The report makes a key distinction between creative and receptive participation in the arts. For the five artforms surveyed (visual arts and crafts, theatre, dance, literature and music), 53% of respondents were involved in receptive participation only, while 39% participated both creatively and as recipients, and 1% as creators only. The remaining seven percent did not participate or attend anything artistic. However, the definition of receptive participation in the arts included reading literature, which was a near universal activity (99%). If reading is removed from the analysis, the proportion that doesn’t participate either creatively or as recipients increases from 7% to 20%; that is, the only arts participation for 13% of all respondents was reading literature. As a result, the proportion engaged in creative activities only increases to 8% (from 1% when reading is included), while 33% participated both creatively and as recipients, and 39% were involved in receptive participation only.3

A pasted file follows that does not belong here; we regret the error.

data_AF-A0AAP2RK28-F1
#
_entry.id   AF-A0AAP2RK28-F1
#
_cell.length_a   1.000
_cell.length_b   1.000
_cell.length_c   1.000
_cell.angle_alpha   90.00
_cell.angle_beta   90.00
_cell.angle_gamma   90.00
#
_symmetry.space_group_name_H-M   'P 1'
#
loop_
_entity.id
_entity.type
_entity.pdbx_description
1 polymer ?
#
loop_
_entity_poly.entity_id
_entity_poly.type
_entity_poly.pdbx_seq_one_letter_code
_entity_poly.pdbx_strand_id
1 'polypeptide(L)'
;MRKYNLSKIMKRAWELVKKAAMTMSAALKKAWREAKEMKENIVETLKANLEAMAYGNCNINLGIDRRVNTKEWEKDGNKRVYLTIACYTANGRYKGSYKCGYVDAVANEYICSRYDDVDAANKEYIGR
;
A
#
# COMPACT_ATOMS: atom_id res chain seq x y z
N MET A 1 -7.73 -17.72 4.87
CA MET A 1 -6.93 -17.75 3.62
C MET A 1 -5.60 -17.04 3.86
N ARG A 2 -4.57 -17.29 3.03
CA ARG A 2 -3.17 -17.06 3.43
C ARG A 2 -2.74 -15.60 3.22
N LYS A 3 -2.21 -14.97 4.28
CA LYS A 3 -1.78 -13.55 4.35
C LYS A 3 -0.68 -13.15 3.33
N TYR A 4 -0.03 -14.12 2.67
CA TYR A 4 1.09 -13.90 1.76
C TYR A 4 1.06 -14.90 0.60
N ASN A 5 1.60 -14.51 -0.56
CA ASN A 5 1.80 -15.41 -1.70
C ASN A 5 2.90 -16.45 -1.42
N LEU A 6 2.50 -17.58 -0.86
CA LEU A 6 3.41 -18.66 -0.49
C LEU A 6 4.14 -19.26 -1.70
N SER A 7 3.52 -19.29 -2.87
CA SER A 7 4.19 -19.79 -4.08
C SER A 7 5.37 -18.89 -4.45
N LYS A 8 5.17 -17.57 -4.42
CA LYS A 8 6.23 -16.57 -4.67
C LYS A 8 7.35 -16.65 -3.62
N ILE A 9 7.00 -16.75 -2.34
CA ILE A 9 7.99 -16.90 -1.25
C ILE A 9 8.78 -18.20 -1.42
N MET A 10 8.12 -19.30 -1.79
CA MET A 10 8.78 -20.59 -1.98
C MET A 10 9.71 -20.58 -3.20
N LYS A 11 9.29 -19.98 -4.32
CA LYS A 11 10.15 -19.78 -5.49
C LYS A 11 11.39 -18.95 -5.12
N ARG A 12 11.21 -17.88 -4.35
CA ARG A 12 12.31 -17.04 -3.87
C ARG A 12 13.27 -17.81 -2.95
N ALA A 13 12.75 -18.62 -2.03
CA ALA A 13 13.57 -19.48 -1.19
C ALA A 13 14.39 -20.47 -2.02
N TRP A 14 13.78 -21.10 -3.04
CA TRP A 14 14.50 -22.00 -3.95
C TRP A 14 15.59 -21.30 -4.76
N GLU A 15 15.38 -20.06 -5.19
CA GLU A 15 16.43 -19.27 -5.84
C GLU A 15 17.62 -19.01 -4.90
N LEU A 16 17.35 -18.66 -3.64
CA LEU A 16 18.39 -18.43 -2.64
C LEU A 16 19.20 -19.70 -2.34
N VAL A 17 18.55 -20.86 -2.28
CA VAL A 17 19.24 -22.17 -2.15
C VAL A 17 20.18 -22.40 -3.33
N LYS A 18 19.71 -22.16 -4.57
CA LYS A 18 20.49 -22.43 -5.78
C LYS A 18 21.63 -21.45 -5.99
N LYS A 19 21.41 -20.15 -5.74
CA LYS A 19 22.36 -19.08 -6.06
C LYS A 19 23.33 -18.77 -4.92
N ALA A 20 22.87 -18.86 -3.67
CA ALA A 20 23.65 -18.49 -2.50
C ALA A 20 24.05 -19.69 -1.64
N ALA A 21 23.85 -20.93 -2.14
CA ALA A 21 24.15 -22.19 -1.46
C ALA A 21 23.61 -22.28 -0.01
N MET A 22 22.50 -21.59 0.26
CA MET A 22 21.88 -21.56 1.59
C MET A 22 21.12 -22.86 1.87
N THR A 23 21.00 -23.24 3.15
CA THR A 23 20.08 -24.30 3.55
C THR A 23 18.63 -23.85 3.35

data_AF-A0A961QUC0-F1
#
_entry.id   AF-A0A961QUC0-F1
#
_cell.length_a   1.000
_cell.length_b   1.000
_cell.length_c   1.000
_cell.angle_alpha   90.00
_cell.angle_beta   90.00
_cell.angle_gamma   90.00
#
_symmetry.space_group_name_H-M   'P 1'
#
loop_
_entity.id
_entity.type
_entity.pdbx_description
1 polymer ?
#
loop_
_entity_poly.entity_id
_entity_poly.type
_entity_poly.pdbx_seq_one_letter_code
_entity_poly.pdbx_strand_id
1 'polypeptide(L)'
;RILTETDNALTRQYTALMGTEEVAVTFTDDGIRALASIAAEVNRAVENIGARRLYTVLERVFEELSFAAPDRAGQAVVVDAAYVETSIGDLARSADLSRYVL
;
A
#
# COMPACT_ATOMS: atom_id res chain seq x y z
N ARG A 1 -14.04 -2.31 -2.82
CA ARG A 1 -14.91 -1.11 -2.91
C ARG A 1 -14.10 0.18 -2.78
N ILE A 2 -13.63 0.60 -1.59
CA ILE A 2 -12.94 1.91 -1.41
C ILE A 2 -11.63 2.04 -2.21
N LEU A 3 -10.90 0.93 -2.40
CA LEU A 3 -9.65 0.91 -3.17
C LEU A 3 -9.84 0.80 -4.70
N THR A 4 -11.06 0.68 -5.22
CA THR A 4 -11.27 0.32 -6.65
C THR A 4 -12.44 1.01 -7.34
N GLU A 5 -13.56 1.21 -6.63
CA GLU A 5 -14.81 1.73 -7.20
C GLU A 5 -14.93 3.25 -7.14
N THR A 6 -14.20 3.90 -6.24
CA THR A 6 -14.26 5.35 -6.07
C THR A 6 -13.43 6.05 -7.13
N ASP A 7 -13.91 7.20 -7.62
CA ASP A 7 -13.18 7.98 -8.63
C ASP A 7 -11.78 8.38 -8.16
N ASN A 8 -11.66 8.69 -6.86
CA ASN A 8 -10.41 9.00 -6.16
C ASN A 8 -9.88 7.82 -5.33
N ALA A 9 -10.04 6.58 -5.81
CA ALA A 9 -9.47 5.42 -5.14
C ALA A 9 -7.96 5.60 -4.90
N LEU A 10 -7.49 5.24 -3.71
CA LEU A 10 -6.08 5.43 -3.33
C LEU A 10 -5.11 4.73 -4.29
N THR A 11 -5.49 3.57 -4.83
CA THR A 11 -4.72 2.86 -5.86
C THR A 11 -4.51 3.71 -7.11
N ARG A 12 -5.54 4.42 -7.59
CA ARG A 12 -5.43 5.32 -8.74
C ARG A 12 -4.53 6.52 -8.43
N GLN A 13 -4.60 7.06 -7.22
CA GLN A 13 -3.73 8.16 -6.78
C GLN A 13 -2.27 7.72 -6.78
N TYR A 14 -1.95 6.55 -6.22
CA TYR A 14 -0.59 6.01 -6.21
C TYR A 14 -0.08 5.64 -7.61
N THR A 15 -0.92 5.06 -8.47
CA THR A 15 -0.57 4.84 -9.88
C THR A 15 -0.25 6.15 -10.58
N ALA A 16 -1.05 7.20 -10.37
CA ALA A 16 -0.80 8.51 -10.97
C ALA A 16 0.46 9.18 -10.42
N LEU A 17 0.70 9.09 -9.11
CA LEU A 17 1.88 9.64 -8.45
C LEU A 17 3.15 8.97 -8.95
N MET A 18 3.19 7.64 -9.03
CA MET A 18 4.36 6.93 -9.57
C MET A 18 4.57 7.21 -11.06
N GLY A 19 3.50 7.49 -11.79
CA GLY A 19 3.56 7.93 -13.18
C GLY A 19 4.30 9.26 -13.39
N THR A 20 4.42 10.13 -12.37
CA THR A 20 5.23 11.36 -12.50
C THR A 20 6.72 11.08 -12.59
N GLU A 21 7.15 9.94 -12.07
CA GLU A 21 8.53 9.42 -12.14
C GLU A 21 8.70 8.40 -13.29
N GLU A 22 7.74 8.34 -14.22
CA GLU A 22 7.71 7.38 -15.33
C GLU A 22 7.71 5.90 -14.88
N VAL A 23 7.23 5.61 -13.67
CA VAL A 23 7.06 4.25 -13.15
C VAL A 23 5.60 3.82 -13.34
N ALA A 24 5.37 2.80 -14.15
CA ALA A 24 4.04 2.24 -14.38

Engagement was defined for each artform, showing music in second place behind literature (Table 1). Total creative and receptive participation for music was 62%.4

The 15-24 age group was universally the most active (p 18). For music, 30% of that age group was engaged in creative participation, compared with 18% of 25-34 year olds, 13% of 35-44 year olds, and 9% in each of the three older age groups (45-54, 55-64, and 65+). The differences also showed for receptive participation though not to the same extent: for music, 68% of 15-24 year olds fell into this category followed by 61%, 56%, 58%, 55%, and 43% in the progressively older age groups. As Table 1 shows, the total receptive participation rate was 57% for music, compared with 15% who participated creatively.

More than Bums on Seats is a major source with the main numerical findings arranged in a series of appendices showing participation and attendance by states and the relationships between creative and receptive participation, cross-classified by a wide range of attitudes the arts which were also part of the survey. Specific focus was directed towards the influence of the Internet on creative and receptive participation, and on those involved in community arts5 Of the total sample, 5% were creative participants in community arts, 15% receptive participants (2% of whom were also creative), and the remaining 82% not involved either as creators or attending community arts events.